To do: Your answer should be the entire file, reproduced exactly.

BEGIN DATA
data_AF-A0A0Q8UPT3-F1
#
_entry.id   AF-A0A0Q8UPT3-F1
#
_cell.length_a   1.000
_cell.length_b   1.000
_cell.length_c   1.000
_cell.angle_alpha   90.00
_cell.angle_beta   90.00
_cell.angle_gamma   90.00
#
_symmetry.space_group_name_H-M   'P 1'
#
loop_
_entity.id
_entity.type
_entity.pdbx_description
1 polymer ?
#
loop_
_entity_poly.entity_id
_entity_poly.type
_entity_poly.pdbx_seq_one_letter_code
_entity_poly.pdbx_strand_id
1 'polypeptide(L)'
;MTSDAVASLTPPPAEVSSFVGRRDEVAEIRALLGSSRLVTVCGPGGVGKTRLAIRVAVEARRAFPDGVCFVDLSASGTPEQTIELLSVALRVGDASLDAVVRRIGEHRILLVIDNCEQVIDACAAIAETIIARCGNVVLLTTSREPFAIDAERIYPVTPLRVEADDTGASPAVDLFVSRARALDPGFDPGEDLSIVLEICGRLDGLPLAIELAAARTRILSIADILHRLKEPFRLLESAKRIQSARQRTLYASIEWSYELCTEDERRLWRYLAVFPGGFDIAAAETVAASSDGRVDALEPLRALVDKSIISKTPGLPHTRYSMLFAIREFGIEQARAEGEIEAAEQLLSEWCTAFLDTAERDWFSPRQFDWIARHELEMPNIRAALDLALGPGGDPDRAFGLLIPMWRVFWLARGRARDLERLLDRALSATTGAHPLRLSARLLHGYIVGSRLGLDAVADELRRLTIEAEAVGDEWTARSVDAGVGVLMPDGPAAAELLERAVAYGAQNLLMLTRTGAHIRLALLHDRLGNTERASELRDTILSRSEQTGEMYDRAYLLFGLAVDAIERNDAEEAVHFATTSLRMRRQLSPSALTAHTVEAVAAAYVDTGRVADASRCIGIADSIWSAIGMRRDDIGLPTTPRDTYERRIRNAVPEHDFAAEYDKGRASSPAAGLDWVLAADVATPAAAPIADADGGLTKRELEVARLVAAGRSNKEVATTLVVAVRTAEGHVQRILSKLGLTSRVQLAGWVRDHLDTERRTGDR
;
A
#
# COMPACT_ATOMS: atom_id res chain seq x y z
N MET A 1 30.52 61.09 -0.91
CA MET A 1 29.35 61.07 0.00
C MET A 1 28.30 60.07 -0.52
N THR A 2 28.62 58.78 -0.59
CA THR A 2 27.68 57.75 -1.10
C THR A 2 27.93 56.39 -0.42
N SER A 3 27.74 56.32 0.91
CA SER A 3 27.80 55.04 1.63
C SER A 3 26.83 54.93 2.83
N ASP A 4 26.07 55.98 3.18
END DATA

data_AF-A0A0Q8UPT3-F1
#
_entry.id   AF-A0A0Q8UPT3-F1
#
_cell.length_a   1.000
_cell.length_b   1.000
_cell.length_c   1.000
_cell.angle_alpha   90.00
_cell.angle_beta   90.00
_cell.angle_gamma   90.00
#
_symmetry.space_group_name_H-M   'P 1'
#
loop_
_entity.id
_entity.type
_entity.pdbx_description
1 polymer ?
#
loop_
_entity_poly.entity_id
_entity_poly.type
_entity_poly.pdbx_seq_one_letter_code
_entity_poly.pdbx_strand_id
1 'polypeptide(L)'
;MTSDAVASLTPPPAEVSSFVGRRDEVAEIRALLGSSRLVTVCGPGGVGKTRLAIRVAVEARRAFPDGVCFVDLSASGTPEQTIELLSVALRVGDASLDAVVRRIGEHRILLVIDNCEQVIDACAAIAETIIARCGNVVLLTTSREPFAIDAERIYPVTPLRVEADDTGASPAVDLFVSRARALDPGFDPGEDLSIVLEICGRLDGLPLAIELAAARTRILSIADILHRLKEPFRLLESAKRIQSARQRTLYASIEWSYELCTEDERRLWRYLAVFPGGFDIAAAETVAASSDGRVDALEPLRALVDKSIISKTPGLPHTRYSMLFAIREFGIEQARAEGEIEAAEQLLSEWCTAFLDTAERDWFSPRQFDWIARHELEMPNIRAALDLALGPGGDPDRAFGLLIPMWRVFWLARGRARDLERLLDRALSATTGAHPLRLSARLLHGYIVGSRLGLDAVADELRRLTIEAEAVGDEWTARSVDAGVGVLMPDGPAAAELLERAVAYGAQNLLMLTRTGAHIRLALLHDRLGNTERASELRDTILSRSEQTGEMYDRAYLLFGLAVDAIERNDAEEAVHFATTSLRMRRQLSPSALTAHTVEAVAAAYVDTGRVADASRCIGIADSIWSAIGMRRDDIGLPTTPRDTYERRIRNAVPEHDFAAEYDKGRASSPAAGLDWVLAADVATPAAAPIADADGGLTKRELEVARLVAAGRSNKEVATTLVVAVRTAEGHVQRILSKLGLTSRVQLAGWVRDHLDTERRTGDR
;
A
#
# COMPACT_ATOMS: atom_id res chain seq x y z
N MET A 1 30.52 61.09 -0.91
CA MET A 1 29.35 61.07 0.00
C MET A 1 28.30 60.07 -0.52
N THR A 2 28.62 58.78 -0.59
CA THR A 2 27.68 57.75 -1.10
C THR A 2 27.93 56.39 -0.42
N SER A 3 27.74 56.32 0.91
CA SER A 3 27.80 55.04 1.63
C SER A 3 26.83 54.93 2.83
N ASP A 4 26.07 55.98 3.18